On Jan. 25, Dr. Anne Lichtenwalner, associate professor of animal and veterinary sciences at the University of Maine, released information about a recent outbreak of avian influenza, more commonly known as the bird flu, on a large turkey farm in Indiana.
Lichtenwalner has worked for the UMaine since 2008 and has directed the Animal Health Lab while conducting research in animal health.
The information in the release advised Maine poultry producers to apply caution against the flu throughout the winter months. The spread of the disease can occur from wild birds and turkeys effected in the Indiana region.
“When it’s the highly pathogenic (HPAI) form, it rapidly kills many types of birds,” Lichtenwalner said.
The UMaine Cooperative Extension seeks to notify farmers and the general public about the avian flu. The U.S. Department of Agriculture (USDA) is working to stop the spread of avian influenza in Indiana by depopulating the flocks of birds, and so far has been successful in their containment of the virus.
“We hope that HPAI will not be found in Maine, however, if it arrives here it will probably be carried by migrating wild birds,” Lichtenwalner said. “In that case, our backyard flocks and our commercial flocks might become infected.”
In instances where HPAI is confirmed in a flock of birds, the USDA will act to quarantine the infected farms. This could have effects on Maine’s poultry industry if it spreads because the flocks will need to be depopulated. The Center of Disease Control is also watching carefully to monitor viral strains in these outbreaks.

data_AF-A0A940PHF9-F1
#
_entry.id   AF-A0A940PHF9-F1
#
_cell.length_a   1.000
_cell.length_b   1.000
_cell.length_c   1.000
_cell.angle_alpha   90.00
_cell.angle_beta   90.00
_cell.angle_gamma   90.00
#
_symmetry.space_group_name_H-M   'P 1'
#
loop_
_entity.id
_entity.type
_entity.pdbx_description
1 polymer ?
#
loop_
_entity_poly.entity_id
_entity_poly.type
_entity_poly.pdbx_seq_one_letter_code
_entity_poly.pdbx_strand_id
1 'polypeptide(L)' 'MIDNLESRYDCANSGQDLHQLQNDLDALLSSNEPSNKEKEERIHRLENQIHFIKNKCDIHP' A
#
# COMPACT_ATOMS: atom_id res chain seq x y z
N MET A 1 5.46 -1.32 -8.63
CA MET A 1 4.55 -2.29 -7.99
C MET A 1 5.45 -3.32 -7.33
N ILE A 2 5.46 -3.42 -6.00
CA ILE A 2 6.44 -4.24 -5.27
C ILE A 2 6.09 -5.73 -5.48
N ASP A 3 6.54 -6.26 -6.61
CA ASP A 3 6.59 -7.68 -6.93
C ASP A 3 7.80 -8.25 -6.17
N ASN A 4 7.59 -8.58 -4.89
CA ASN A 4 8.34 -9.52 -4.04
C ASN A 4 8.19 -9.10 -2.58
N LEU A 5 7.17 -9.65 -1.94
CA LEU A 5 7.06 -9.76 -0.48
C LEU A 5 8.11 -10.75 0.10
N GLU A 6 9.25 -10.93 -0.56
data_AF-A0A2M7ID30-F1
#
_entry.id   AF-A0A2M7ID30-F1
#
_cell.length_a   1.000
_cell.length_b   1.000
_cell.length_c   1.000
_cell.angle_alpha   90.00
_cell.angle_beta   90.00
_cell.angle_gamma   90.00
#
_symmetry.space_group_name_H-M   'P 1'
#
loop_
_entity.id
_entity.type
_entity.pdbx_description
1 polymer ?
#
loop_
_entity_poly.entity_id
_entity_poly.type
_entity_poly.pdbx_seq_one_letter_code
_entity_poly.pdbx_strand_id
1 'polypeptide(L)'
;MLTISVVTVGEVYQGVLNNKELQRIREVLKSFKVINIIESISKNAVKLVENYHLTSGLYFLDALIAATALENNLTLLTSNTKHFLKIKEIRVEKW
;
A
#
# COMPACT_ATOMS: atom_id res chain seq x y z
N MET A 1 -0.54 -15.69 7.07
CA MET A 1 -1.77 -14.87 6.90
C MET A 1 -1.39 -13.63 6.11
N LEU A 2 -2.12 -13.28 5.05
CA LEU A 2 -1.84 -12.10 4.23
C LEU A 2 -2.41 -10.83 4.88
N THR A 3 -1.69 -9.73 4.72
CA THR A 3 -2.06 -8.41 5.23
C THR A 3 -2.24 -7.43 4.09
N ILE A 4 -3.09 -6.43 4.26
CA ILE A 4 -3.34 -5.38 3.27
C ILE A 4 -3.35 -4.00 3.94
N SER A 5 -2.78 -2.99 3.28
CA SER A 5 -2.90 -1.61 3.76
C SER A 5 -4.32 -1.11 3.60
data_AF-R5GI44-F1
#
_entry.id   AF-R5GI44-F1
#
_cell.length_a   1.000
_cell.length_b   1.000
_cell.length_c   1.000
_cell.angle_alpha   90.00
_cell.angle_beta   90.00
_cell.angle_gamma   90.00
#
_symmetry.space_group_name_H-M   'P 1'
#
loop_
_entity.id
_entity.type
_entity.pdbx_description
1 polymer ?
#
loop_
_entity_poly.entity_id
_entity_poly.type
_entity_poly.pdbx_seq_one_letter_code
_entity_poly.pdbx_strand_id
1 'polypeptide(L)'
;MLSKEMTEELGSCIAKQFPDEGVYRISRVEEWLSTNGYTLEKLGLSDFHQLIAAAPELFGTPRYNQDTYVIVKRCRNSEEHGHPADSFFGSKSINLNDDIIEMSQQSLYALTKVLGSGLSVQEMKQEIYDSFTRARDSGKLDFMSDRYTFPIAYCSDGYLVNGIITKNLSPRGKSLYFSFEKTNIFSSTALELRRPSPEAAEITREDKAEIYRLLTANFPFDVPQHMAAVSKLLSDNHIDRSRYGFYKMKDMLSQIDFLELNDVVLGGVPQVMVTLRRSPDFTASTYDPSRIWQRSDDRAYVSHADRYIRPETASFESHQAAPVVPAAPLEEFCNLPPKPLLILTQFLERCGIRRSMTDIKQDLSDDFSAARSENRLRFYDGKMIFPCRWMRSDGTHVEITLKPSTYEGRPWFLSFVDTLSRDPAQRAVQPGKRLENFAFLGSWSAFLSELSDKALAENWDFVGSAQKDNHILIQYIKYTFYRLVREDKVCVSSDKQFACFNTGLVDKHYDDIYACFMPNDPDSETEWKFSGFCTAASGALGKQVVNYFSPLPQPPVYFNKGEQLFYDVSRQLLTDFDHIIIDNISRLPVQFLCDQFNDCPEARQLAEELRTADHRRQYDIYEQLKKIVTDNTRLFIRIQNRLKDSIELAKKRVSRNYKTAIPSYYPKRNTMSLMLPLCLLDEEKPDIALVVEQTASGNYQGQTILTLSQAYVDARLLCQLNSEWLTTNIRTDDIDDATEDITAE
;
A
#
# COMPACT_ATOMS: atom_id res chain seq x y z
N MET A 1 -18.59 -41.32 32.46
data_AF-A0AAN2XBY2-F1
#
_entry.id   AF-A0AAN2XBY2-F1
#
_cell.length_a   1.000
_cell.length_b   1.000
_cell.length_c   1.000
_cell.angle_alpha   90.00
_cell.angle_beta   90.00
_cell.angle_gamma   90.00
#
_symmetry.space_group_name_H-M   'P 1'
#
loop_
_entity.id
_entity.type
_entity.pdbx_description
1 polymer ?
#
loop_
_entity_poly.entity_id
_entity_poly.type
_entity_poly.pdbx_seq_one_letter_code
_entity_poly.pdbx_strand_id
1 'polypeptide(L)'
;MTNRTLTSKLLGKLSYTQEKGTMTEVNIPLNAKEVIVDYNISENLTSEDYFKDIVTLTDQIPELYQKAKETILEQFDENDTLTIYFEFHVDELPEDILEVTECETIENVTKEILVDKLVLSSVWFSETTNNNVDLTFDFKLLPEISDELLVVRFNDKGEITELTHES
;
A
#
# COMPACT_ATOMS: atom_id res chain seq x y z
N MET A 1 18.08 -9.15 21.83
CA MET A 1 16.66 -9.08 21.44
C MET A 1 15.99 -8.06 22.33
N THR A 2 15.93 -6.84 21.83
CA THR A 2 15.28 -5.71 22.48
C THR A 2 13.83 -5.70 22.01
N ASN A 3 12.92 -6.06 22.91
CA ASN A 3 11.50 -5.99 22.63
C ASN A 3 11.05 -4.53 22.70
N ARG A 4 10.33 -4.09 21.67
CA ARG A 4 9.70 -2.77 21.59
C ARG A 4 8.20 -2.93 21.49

The Jan. 15 outbreak in Indiana resulted in the euthanizing of nearly 400,000 turkeys and chickens. This, according to Reuters, was the first outbreak since June.
Although HPAI can be deadly to domestic turkeys, there is no information saying that the strain will affect humans. The UMaine Cooperative Extension does not conduct research, but does provide producers and farmers with the appropriate information for preventive practices against outbreaks.
Cooperative Extension also provides services to veterinarians and livestock producers through the UMaine Animal Health Lab. Producers can use the lab and participate in informational seminars about research and diagnostics.
“The highest risks are either contact (personnel, equipment, birds) with infected flocks, or direct contact with wild birds,” Lichtenwalner said.
The Cooperative Extension advises farmers to keep a watch on their flocks, even though most of the flocks are inside during the winter months, because it is not certain which species of birds are immune to the virus. Birds should be kept in separate places from wild birds, especially when feeding.